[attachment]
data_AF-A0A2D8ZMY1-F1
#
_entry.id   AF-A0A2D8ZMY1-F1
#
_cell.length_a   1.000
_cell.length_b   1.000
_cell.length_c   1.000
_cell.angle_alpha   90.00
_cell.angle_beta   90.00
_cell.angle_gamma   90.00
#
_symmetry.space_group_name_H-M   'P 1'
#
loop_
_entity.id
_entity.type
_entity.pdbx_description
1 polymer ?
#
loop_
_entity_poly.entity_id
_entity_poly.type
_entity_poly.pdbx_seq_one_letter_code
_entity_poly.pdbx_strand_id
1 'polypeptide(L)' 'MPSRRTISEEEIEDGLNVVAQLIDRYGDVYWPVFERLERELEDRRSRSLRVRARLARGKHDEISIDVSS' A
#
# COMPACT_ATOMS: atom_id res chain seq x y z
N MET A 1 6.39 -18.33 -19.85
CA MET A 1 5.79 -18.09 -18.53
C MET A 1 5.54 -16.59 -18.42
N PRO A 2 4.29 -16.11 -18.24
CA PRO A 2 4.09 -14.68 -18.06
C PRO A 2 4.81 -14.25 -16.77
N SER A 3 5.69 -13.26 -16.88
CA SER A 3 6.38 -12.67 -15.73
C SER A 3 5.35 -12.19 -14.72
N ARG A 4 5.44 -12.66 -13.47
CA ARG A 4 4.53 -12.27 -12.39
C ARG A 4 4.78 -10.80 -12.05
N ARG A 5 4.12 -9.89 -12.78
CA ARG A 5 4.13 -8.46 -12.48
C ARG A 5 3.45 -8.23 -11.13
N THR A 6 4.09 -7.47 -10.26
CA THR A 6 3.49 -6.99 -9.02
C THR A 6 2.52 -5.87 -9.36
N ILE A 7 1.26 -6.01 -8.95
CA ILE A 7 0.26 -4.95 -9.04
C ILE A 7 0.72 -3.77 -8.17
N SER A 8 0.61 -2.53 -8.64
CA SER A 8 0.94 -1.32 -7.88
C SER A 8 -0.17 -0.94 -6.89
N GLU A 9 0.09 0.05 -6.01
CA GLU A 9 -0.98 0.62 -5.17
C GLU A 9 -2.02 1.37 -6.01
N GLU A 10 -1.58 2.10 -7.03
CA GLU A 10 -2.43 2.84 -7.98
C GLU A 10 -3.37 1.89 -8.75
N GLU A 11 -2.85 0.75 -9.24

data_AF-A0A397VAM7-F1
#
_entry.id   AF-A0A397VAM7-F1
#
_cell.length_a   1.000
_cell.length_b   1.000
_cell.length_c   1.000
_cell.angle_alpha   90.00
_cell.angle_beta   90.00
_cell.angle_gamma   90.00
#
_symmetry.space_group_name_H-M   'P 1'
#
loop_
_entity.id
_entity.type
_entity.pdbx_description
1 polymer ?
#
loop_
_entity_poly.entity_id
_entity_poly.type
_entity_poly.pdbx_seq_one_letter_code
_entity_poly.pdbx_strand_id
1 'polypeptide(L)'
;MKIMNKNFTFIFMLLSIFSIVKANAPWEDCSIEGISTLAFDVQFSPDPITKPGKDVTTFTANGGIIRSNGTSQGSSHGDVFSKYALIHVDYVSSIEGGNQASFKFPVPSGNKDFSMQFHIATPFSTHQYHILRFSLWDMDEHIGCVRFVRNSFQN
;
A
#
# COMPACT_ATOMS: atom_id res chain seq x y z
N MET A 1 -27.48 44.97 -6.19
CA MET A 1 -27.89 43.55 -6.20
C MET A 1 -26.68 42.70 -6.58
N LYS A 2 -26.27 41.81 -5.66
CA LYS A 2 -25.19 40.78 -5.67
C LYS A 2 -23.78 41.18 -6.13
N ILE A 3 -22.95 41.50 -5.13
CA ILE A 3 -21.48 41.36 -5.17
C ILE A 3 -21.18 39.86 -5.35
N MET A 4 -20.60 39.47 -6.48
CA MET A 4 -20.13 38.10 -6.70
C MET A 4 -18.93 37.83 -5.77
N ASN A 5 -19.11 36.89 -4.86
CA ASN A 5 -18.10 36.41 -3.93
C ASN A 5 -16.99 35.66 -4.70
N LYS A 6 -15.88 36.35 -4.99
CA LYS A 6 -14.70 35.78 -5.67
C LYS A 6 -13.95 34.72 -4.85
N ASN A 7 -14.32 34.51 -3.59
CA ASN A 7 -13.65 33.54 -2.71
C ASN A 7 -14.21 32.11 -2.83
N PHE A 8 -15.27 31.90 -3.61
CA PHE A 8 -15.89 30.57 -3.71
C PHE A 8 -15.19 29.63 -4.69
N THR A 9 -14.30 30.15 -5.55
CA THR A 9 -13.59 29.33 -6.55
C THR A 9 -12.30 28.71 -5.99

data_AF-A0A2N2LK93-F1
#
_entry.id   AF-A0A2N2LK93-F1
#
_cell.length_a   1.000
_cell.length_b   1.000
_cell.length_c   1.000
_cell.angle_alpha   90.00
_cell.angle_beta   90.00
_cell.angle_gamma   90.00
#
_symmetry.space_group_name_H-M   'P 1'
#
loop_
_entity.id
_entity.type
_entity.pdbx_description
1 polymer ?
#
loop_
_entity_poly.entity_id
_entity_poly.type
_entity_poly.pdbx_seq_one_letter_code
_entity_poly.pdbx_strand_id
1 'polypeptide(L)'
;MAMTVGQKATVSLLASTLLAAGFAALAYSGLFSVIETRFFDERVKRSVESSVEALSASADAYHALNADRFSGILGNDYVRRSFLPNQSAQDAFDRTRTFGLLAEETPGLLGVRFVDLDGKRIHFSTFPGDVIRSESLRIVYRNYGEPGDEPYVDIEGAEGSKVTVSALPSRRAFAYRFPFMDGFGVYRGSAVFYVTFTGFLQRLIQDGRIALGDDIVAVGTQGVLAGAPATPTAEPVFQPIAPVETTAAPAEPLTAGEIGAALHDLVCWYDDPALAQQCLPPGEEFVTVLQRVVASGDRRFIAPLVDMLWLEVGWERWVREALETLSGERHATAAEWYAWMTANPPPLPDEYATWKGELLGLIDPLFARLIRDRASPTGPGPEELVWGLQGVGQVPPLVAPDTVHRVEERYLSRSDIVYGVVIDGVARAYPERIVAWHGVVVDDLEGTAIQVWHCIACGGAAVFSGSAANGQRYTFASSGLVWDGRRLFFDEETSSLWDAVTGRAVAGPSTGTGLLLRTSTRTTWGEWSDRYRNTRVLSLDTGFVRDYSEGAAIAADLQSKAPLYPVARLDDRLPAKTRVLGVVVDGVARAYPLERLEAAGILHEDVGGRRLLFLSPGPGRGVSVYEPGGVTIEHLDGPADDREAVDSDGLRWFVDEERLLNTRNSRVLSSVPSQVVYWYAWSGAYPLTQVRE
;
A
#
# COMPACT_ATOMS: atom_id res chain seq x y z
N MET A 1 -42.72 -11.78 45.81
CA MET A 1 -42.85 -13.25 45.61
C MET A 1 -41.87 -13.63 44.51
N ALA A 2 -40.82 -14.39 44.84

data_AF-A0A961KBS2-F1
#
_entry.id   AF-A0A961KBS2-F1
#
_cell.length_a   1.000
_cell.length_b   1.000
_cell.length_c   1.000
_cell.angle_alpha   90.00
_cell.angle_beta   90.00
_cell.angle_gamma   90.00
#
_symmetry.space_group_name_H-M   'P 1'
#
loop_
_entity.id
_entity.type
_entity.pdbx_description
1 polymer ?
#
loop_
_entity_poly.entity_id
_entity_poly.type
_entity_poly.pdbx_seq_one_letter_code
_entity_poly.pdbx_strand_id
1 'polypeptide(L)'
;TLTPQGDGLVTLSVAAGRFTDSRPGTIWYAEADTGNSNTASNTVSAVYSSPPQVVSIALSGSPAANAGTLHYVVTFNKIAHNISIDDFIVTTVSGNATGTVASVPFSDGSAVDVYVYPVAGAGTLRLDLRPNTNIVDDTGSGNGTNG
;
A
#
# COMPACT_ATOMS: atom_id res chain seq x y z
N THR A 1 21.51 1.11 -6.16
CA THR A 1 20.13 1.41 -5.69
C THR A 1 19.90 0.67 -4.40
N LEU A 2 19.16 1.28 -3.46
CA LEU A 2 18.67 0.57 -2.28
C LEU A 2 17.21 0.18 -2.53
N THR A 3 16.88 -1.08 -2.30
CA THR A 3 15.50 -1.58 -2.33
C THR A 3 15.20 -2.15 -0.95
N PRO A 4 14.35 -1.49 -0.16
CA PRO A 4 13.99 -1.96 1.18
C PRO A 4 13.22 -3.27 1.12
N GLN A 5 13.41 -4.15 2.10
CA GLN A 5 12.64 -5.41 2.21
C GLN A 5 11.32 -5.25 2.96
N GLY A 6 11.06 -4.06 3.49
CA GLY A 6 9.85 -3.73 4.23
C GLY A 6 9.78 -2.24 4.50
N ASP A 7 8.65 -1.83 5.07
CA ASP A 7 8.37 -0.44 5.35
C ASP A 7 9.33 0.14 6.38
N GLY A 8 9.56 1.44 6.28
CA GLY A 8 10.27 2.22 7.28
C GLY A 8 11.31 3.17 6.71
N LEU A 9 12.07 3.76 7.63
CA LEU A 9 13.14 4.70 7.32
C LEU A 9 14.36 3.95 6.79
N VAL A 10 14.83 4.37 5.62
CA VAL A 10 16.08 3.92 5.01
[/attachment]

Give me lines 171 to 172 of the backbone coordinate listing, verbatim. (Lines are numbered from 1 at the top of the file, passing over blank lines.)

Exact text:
_entity_poly.type
_entity_poly.pdbx_seq_one_letter_code